Enneagram Fives
Fives would rarely call themselves spontaneous, nor do they really want to be. At the same time, Fives can be extraordinarily spontaneous when they are relaxed and feel they are in a safe-enough environment. More often, however, Fives are self-contained, self-controlled, and their reliance on the cerebral – combined with the disconnection from their emotions and disengagement form their physical reactions – dramatically reduces their capacity for spontaneity.

To become more spontaneous: Fives need to reconnect with their emotions in real time (breathing fully into their chest areas helps) and reengage with their bodies by walking and paying more attention to their physical cues. However, their willingness to do the above requires them to trust themselves, others, and their environments more. In other words, Fives have to want to do this.

Enneagram Sixes
Sixes can be very reactive, but this is not the same as a spontaneity that arises from your deepest and purist instincts. It is a reaction often based from fear. Pure instinct comes from a calm, still, and centered place, something Sixes must work hard to relax more to achieve. Working hard to be more peaceful can sound like an enormous contradiction.

To become more spontaneous: Claudio Naranjo suggests that in order for Sixes to transform, they must be willing to put down something. According to Naranjo, one-to-one subtype Sixes must put down their “arms” or guns (since they rely on them so heavily as a defense); social subtype Sixes must put down their rules (since they rely on them so heavily to not get in trouble); and self-preserving Sixes must put down their self-doubt (since they rely on second guessing everything in order to find some certainty). Putting away the guns, rules, and self-doubt has the effect of allowing Sixes to rely on themselves and their true instincts.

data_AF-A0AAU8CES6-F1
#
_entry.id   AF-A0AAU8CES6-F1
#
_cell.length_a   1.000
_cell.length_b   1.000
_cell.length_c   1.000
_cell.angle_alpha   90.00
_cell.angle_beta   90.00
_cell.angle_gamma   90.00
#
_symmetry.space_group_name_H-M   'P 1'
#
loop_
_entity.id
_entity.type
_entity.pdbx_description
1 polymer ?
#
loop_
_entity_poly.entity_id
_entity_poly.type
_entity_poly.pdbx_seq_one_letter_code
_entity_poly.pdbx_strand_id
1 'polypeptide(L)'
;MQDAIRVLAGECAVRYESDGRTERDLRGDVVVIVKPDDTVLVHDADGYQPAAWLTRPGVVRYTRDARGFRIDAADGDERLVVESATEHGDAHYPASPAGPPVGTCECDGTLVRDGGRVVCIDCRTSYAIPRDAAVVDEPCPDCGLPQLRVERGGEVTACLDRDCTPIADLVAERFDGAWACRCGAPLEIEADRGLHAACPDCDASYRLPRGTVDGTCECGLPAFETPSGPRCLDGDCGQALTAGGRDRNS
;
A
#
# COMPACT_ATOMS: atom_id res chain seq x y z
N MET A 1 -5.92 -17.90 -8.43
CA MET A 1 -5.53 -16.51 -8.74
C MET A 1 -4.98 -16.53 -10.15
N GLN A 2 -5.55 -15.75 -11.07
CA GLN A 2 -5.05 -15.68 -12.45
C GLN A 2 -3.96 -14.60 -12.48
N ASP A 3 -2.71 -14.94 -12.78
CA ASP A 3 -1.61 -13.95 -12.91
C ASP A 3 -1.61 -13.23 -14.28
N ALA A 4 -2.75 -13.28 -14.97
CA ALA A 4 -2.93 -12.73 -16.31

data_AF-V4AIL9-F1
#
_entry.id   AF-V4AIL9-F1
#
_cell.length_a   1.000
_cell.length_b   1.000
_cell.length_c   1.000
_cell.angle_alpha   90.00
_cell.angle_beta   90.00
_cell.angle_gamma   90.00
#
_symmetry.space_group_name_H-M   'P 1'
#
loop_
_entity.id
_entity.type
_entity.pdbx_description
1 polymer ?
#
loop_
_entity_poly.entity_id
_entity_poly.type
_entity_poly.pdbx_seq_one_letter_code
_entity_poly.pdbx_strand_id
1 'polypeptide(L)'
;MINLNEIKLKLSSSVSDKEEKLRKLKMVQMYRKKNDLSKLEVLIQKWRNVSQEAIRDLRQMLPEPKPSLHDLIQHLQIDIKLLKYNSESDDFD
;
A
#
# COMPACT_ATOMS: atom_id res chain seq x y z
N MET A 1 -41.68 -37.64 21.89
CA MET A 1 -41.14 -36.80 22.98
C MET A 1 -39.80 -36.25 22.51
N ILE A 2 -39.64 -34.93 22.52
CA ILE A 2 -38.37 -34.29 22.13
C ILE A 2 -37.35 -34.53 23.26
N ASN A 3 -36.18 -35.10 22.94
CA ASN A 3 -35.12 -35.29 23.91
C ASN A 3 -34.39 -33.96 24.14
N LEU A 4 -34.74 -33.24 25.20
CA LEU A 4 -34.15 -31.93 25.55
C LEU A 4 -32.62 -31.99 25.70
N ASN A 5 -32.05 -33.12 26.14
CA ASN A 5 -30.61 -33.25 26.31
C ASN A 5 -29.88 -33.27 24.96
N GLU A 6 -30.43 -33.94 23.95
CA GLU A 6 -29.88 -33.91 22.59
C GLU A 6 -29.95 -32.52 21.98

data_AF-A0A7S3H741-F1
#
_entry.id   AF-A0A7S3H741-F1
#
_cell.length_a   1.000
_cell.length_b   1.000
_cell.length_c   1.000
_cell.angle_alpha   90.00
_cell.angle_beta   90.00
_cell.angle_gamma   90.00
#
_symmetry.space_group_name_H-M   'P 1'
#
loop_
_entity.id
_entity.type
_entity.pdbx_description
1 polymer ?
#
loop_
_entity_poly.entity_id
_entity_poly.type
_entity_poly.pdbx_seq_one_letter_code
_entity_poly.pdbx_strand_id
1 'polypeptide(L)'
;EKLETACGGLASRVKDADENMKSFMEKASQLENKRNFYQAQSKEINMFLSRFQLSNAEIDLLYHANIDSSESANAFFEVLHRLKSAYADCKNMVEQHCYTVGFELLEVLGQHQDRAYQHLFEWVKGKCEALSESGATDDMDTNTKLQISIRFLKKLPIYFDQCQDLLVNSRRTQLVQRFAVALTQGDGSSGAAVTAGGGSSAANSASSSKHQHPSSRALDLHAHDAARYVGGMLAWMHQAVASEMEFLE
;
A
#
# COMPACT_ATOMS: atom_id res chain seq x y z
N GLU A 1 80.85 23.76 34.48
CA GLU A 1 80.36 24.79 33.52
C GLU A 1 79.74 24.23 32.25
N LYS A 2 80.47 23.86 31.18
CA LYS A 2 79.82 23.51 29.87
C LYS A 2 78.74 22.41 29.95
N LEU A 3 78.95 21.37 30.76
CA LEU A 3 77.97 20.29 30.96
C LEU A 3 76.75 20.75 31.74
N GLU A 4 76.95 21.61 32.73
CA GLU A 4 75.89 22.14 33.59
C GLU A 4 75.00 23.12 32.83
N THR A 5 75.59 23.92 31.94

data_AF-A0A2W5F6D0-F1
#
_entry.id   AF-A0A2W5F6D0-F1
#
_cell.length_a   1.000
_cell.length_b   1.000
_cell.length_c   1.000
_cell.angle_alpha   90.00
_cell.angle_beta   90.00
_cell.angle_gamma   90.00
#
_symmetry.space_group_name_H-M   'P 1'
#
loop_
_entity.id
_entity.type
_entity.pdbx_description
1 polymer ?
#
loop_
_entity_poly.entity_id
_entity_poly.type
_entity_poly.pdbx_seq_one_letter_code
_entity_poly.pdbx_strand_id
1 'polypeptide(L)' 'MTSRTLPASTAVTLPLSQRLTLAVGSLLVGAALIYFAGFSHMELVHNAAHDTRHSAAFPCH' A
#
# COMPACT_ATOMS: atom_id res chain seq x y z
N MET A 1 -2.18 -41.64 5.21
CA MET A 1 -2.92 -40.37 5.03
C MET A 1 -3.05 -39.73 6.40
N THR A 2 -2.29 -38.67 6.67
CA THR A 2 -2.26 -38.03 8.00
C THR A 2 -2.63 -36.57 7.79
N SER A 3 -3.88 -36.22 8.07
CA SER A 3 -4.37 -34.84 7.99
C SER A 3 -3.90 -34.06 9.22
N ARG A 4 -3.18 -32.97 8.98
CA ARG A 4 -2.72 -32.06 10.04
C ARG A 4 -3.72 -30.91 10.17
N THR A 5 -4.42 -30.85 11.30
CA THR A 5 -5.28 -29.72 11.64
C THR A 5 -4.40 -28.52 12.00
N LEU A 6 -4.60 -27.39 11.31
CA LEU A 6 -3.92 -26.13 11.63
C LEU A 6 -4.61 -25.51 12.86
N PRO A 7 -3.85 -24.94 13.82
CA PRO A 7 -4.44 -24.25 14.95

Enneagram Sevens
Sevens think they are spontaneous because they often say whatever they are thinking and do whatever excites them at the moment. However, this is actually impulsivity, not spontaneity. Although these terms – impulsivity and spontaneity – are sometimes used as synonyms, there are subtle and important differences between them. Impulsivity is action that is “arbitrary,” “capricious,” and “hasty,” and is propelled by a lack of forethought or conscious choice. Spontaneity is action based on “natural” inclinations stemming from one’s own choice without the constraints of formality, pre-meditation, or an adherence to prescribed rules (one’s own or societal).